Any adverse incident involving a nicotine e-cigarette or refill container (e-liquid) should be reported. MHRA works with local Trading Standards bodies to ensure the safety of these products.
How to report
You can report through the Yellow Card website.
We have produced short videos on how to report online through the Yellow Card website. Please note there is no audio in these videos.
For medicines, in some cases you can report using your clinical IT systems, such as the MiDatabank system, SystmOne and Vision.You can also use the free Yellow Card app available to download from Apple App Store or Google Play Store – just search ‘Yellow Card’.
You can send medicines Yellow Card reports by post. Forms are available:
- by .
- by writing to FREEPOST YELLOW CARD (no other address details necessary)
- by emailing firstname.lastname@example.org
If you want to report an incident with a medical device in Northern Ireland you should report it to the Northern Ireland Adverse Incident Centre (NIAIC).
If you want to report an incident with a medical device in Scotland you should report it to Health Facilities Scotland unless you are a private facility providing care to private clients, in which case you should report to MHRA and the Care Inspectorate.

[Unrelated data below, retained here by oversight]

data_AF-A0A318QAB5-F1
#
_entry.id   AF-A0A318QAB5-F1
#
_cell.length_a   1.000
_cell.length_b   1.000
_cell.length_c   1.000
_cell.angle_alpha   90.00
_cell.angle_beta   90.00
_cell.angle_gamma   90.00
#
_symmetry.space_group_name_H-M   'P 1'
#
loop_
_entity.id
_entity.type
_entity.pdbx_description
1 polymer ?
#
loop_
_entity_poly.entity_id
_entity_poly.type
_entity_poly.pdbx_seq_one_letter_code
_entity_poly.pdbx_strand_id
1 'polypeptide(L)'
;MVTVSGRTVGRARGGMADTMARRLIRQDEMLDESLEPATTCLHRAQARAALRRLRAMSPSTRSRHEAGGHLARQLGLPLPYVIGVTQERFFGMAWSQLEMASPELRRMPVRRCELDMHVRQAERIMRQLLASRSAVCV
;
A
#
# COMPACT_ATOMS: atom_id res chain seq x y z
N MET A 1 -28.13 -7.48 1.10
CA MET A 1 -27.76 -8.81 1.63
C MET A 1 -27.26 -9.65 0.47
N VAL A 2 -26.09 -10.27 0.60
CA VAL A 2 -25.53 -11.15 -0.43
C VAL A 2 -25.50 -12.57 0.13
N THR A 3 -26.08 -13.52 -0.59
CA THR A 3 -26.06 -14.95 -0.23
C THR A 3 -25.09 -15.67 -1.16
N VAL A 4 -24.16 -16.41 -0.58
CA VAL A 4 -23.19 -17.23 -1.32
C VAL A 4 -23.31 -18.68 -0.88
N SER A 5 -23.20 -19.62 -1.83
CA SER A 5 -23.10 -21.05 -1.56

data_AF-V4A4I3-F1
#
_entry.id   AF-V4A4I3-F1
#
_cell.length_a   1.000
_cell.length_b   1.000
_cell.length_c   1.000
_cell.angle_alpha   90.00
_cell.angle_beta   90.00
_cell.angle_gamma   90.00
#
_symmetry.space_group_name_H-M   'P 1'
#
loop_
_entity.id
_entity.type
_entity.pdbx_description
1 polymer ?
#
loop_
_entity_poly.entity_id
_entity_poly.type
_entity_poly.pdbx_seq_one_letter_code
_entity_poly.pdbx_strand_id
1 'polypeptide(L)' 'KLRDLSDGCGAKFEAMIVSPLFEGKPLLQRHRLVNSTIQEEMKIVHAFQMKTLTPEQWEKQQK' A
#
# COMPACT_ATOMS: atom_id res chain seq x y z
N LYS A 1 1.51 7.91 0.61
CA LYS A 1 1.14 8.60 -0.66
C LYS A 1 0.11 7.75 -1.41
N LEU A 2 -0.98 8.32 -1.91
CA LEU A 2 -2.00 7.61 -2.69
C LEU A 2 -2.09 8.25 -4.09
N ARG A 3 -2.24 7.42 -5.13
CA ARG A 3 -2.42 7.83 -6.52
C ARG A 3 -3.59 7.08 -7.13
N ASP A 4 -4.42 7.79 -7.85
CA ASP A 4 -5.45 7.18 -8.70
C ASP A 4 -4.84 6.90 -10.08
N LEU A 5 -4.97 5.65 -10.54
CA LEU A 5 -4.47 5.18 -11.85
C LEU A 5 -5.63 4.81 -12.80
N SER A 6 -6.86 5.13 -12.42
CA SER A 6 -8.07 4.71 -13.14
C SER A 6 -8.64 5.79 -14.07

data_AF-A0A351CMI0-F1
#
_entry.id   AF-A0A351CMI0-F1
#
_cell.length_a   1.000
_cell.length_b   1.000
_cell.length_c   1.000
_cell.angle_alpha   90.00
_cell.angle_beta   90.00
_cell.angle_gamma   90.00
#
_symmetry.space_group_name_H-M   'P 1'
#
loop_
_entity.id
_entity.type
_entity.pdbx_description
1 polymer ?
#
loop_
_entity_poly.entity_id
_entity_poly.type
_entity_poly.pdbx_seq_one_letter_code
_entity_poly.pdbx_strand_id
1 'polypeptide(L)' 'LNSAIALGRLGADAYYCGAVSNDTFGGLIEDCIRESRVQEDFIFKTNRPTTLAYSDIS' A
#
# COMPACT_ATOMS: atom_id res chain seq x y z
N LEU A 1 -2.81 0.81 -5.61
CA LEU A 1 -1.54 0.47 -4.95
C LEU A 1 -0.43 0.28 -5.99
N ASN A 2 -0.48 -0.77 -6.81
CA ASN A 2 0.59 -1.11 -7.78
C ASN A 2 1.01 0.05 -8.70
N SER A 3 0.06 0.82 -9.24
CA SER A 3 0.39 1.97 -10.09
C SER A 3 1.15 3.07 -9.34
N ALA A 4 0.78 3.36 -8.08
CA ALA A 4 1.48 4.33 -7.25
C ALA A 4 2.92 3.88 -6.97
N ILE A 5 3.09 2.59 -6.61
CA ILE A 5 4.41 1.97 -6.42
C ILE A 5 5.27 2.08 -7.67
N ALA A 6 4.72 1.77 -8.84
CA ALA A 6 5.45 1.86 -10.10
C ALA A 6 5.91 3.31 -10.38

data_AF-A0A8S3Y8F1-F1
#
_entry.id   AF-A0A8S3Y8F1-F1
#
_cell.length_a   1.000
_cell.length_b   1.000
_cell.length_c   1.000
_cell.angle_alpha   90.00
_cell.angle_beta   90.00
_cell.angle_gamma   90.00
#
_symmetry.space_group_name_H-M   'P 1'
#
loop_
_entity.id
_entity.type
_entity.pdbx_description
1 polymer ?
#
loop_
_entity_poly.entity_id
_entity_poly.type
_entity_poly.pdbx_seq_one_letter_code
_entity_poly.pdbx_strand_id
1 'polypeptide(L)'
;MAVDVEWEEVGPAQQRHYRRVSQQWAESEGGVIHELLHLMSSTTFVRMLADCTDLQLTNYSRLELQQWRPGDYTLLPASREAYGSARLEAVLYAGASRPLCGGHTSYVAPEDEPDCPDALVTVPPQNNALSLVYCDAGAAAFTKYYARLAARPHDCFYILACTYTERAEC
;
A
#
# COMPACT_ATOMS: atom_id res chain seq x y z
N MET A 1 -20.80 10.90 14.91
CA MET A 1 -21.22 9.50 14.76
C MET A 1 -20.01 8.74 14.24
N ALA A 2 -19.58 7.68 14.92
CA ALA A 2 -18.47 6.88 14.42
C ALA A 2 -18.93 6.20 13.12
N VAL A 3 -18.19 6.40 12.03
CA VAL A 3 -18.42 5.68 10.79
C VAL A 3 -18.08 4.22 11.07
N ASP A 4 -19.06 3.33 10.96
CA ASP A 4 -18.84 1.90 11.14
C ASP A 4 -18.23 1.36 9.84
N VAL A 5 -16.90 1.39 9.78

Interactive Drug Analysis Profiles (iDAPs)
Interactive listings of all suspected ADRs reported by healthcare professionals and members of the public for a particular drug substance (formally called drug analysis prints) are available to view.
Further guidance and online learning
New e-learning module for doctors
We have created a new free e-learning module for doctors to learn about the importance of reporting suspected adverse drug reactions (ADRs).
The European Accreditation Council for Continuing Medical Education (EACCME), part of the European Union of Medical Specialists (UEMS), has given the module the highest order of accreditation. Doctors are awarded 1 EACCME credit (1 hour CPD) on completion of the 45 minute ADR e-learning module.
The module was developed as part of the SCOPE Joint Action project to raise awareness levels of ADR reporting.
Please complete this short survey upon completion of the free e-learning.
E-learning modules for pharmacists
The Centre for Postgraduate Pharmacy Education (CPPE) has developed a series of 3 e-learning programmes with the Wales Centre for Pharmacy Professional Education and MHRA. The programme has been endorsed by the Drug Safety Research Unit.
The e-learning modules should help pharmacists understand how to identify, report and prevent ADRS.
E-learning module for nurses
The Nursing Times, in close collaboration with MHRA, have developed an e-learning module for nurses.
The module is free once you have registered and counts for 2 hours continuing professional development (CPD) credits.
Information material for patients and public
These resources have been produced to give patients and the public more information about the Yellow Card Scheme, including awareness raising material and how to make a report.
They can be downloaded, printed and used as required by healthcare professionals and patient representative groups to encourage the reporting of suspected side-effects.